Lysyl oxidase secreted by hypoxic tumour cells is critical for pre-metastatic niche formation


Year:

Session type:

Janine Erler1, Kevin Bennewith2, Amato Giaccia2

1Institute of Cancer Research, London, UK, 2Stanford University, California, USA

Abstract

Lysyl oxidase secreted by hypoxic tumour cells is critical for pre-metastatic niche formation

Tumour hypoxia is present in all solid tumours, and is clinically associated with metastasis and poor survival. We previously demonstrated a critical role for hypoxia-induced secreted lysyl oxidase (LOX) in breast cancer metastasis. Here, we investigated how LOX enables metastatic growth by characterising its role in bone marrow-derived cell (BMDC) recruitment and pre-metastatic niche formation.

We monitored metastasis in an orthotopic model of breast cancer to investigate the sequence of events required for metastatic growth. We investigated a role for LOX in pre-metastatic niche formation by supplying LOX to mice bearing tumours with genetically inhibited LOX that are normally unable to develop metastases. We used conditioned media to generate pre-metastatic niches in non-tumour bearing mice, and investigated a role for LOX through supply and inhibtion of LOX. We examined the effects of LOX matrix modifications on BMDC recruitment and invasion.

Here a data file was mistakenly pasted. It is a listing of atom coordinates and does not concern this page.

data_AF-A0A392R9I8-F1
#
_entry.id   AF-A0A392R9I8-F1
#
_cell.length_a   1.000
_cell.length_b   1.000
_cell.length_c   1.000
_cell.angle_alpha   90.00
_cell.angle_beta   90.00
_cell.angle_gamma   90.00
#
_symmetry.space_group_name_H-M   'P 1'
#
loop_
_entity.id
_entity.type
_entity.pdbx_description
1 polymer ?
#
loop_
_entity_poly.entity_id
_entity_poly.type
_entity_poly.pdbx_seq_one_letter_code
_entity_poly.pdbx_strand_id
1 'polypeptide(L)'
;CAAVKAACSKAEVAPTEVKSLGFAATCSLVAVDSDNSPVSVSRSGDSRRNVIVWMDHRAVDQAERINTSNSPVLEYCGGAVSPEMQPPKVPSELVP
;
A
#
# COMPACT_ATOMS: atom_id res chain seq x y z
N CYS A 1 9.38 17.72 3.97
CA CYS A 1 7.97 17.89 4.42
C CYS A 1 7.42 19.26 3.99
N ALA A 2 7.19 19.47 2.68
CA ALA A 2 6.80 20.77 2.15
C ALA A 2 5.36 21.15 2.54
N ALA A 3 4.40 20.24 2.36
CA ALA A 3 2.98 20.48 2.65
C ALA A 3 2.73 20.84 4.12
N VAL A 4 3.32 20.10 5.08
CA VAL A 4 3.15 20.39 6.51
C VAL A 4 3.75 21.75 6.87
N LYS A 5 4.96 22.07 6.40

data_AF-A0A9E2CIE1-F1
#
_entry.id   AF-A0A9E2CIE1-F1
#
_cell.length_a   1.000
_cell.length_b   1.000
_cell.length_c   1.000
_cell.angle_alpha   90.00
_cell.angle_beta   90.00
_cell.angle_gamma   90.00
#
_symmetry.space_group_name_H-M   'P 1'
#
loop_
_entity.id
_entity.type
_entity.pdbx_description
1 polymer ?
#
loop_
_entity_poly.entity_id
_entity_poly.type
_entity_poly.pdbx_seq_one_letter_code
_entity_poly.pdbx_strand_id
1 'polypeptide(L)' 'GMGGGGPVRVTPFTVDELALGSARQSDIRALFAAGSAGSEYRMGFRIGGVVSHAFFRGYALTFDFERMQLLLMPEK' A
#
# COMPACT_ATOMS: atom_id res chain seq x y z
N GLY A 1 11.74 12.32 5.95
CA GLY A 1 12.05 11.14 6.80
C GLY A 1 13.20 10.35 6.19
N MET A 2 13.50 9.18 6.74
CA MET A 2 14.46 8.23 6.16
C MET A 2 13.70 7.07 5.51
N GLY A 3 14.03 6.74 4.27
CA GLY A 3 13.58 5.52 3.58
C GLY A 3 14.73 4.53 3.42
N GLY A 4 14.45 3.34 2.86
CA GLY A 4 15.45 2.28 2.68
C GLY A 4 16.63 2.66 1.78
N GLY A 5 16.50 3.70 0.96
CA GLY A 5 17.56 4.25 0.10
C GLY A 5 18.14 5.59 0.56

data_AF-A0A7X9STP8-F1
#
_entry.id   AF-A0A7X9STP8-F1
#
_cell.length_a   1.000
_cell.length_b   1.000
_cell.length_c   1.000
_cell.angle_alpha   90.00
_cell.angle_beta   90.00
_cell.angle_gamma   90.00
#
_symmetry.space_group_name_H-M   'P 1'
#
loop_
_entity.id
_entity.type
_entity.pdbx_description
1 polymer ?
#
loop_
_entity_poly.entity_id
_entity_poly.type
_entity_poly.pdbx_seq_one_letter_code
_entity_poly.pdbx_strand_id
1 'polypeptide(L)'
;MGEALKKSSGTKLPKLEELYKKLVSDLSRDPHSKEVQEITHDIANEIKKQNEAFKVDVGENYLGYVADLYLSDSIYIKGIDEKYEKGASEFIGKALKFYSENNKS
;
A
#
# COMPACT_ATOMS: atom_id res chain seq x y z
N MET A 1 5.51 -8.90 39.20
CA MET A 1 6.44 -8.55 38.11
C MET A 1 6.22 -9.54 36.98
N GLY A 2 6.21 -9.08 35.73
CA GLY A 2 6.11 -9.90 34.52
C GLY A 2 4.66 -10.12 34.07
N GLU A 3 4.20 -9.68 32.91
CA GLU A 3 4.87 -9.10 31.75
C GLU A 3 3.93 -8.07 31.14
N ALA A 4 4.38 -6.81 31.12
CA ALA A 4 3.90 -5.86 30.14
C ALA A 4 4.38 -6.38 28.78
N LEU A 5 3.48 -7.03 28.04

We demonstrate that LOX secreted by hypoxic breast tumour cells binds to regions of elevated fibronectin expression at pre-metastatic sites, and co-operates in recruiting BMDCs and creating a permissive niche for incoming metastatic tumour cells. Supply of exogenous LOX can support metastatic growth, whereas inhibition of LOX disrupts pre-metastatic niche formation and development of metastases. LOX-mediated matrix modifications promote BMDC invasion through increased matrix metalloproteinase activity, which enhances the recruitment and invasion of BMDCs and metastasizing tumour cells.

Our findings demonstrate a critical role for LOX in pre-metastatic niche formation and support targeting LOX for the treatment and prevention of metastatic disease.